Jen Gilomen is "a documentary filmmaker and cinematographer, so I'm both a hiring entity and a person being hired," she explains, which makes AB5 especially foggy. "Previously for the last three years, I've been freelancing completely and running my own business. I have a different business for each film project, which is very common. Most of those are partnerships. One of them is an LLC. As a freelance cinematographer, I work as an independent contractor for everyone, whether it's a big tech company or a filmmaker I'm filming for. I do freelance producing work also. So I sort of cobble together a living doing my own passion projects as a director and producer and hiring people to work on my projects. And then I am a freelancer. So my world, at least in the last several years, has been 1099s all the way. This AB5 came out of the blue to me."

Frustrated and hearing similar sentiments from fellow filmmakers, Gilomen uploaded a robust toolkit for filmmakers who would like to explore and understand AB5.

While Gilomen is sympathetic to the law's intentions ("I don't want anyone to be exploited and I have a lot of feelings toward corporations exploiting their workers"), she acknowledges that it's causing harm. "If I get hired as an employee, I can't deduct my expenses. When you're in the business of doing something like cinematography, those expenses are always really high. We have to replace our cameras every three years. Sometimes it's even more rapid than that. We spend all this money customizing them all the pieces that go with the camera, learning to use them, becoming more adept. We want to use our own cameras when we go shoot because we have already customized them. I've got it all set up. I've got my ergonomics. My easy rig I use fits my body. These were all big investments I made in myself and my business. It really pisses me off now…not be able to deduct those expenses because we’re in this faux-employee mode. It is just kind of infuriating."

With a project in development, Gilomen has slowed down, "afraid to hire anyone or do anything to move my film forward. Now I'm wondering if I have to do as much of it as I can myself without hiring people. I formed an LLC at the end of last year in a little bit of a panic wanting to have it not slow me down. But that in and of itself isn’t enough."

Marcia Jarmel, a producer/director/writer/impact producer with PatchWorks Films, expressed similar sentiments. "Who knows what we're supposed to do and who knows how we're going to stay alive?" she wonders. "Am I protected as a DBA? I don't actually know. I talked to my accountant, my attorney. We're all scrambling to try and figure it out."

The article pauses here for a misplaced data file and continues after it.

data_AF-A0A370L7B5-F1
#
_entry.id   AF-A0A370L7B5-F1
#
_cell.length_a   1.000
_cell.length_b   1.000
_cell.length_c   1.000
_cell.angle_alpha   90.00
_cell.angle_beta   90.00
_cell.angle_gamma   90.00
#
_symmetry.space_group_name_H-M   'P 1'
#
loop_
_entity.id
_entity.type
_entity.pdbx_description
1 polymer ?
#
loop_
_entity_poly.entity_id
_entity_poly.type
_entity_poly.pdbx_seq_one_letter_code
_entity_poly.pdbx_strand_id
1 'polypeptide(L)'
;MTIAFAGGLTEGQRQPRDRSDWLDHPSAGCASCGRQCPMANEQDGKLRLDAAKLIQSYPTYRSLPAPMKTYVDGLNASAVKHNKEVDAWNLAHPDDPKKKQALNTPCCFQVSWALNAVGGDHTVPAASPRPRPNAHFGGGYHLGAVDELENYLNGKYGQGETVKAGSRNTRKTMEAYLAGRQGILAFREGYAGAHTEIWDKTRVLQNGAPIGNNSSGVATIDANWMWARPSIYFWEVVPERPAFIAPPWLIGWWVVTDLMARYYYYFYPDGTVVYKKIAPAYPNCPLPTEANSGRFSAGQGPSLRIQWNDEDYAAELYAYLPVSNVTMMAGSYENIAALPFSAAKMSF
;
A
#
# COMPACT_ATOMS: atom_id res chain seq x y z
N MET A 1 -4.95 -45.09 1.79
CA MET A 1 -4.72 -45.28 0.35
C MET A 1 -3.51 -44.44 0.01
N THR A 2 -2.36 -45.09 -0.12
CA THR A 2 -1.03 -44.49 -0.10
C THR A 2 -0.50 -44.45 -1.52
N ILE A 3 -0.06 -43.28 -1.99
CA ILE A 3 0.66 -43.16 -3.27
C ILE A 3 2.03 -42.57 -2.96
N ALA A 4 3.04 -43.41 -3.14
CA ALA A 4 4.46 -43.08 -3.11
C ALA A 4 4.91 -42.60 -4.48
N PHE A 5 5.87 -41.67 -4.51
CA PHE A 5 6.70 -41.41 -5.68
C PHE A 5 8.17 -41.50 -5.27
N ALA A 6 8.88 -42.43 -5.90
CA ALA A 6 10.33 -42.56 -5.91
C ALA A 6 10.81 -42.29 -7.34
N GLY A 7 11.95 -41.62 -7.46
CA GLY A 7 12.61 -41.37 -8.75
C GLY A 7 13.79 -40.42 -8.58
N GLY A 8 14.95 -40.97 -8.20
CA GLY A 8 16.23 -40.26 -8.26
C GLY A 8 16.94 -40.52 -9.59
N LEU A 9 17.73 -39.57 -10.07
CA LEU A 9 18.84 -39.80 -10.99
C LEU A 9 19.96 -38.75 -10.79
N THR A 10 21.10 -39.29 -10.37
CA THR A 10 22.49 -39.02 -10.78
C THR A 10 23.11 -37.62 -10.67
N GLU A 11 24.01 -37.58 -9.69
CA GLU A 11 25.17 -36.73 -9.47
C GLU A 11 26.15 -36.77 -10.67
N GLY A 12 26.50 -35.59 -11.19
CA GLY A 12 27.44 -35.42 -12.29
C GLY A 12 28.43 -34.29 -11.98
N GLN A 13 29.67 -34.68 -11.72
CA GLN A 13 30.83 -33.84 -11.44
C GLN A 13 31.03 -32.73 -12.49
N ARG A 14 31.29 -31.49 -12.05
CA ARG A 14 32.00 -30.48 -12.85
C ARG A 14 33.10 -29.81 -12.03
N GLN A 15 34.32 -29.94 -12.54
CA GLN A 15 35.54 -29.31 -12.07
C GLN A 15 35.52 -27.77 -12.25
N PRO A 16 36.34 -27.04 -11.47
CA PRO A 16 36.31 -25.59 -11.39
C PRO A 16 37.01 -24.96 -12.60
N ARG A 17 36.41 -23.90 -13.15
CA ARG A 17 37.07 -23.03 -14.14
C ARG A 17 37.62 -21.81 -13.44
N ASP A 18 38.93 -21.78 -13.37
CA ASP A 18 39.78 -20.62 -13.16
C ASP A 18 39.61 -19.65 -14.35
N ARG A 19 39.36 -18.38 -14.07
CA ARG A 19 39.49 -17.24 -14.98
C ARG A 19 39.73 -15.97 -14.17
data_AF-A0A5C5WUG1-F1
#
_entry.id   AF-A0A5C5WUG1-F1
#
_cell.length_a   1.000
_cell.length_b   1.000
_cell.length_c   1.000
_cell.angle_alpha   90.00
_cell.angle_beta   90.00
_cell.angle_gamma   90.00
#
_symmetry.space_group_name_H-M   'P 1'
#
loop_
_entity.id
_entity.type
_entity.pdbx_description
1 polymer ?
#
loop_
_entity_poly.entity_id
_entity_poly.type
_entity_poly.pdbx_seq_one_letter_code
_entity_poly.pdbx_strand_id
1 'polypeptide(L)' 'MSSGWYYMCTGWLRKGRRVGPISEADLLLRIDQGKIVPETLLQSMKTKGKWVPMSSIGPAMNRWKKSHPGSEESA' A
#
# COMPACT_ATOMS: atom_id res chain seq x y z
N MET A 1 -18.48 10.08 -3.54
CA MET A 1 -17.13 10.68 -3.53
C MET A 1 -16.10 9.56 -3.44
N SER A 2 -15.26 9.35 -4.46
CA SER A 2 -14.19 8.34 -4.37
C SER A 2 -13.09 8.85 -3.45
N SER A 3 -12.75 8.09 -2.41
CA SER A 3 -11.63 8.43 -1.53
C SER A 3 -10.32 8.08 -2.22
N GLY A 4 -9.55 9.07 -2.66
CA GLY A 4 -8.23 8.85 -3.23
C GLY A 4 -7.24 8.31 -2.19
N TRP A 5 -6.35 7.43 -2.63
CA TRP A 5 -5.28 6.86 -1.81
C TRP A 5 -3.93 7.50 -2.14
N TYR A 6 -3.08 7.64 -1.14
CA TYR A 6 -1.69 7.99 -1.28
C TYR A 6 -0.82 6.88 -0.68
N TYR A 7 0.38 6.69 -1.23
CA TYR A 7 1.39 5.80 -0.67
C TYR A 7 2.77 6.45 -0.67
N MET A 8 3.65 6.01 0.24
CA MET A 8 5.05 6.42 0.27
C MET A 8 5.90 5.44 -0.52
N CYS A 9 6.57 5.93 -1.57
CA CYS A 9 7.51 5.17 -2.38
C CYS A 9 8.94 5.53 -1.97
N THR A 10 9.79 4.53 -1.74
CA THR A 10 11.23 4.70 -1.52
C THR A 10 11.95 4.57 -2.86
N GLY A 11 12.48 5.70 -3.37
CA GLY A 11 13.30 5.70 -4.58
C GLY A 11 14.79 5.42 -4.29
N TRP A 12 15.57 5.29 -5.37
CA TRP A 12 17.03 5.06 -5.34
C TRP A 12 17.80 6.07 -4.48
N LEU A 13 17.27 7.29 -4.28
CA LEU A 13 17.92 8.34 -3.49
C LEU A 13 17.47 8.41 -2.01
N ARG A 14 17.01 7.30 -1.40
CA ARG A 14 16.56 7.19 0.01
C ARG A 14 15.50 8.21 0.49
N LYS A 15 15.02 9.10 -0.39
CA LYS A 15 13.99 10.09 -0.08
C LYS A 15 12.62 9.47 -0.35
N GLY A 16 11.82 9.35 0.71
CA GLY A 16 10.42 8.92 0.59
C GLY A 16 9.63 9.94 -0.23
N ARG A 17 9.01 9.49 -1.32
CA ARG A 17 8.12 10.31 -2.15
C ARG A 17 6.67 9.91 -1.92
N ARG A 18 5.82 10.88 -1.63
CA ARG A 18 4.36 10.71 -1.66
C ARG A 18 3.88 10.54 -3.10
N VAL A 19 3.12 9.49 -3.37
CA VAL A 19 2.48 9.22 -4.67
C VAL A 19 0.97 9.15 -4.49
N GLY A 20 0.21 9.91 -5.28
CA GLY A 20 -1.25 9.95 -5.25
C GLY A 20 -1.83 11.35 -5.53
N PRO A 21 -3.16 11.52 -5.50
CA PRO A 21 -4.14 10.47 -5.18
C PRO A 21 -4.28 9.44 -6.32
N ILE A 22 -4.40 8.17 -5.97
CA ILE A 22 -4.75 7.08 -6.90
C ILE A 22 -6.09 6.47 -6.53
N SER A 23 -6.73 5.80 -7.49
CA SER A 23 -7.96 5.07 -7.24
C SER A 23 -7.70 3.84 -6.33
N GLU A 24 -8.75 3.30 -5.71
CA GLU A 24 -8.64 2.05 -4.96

"It's going to be 18 to 20 percent more expensive," Jarmel figures. "Where is that money coming from? We're all working all the time at our edge and then this is like another burden. I'm happy to protect the Uber workers and the gig economy workers being exploited. But this is not us [filmmakers] being exploited. This is how we survive.

"I honestly don't think they meant to wipe out the independent film community in California," Jarmel continues. "That's what it looks like is going to happen." She expresses concern that "people who freelance are not going to hire in California. They'd rather hire people from another state. We're going to lose work that way also."

Passing legislation without understanding its full impact necessarily calls for a course-correction. Where might AB5 be headed? "An industry-wide exemption wouldn't surprise me,” Klinger says. To achieve that, constituents will have to

"Write your legislator. Would it help if IDA got involved alongside the PGA and DGA and WGA and others? Of course."

Gilomen echoes the call for a filmmaker exemption. "I made a list of, as far as I understand it, who should be exempt because they act as professionals. Above-the-line people like cinematographers, editors, lighting professionals, sound recordists. The people operating as a business with an office and multiple clients. These are not people who should be employees."

"What I hope," Jarmel shares, "is they’ll reevaluate this bill and write it in a way that it does what they intended it to do and not do what they didn't intend it to do. We should have an exemption."


Suz Curtis is a freelance writer based in Los Angeles. She writes narrative and documentary features. MFA-Screenwriting, UCLA. @allthingssuz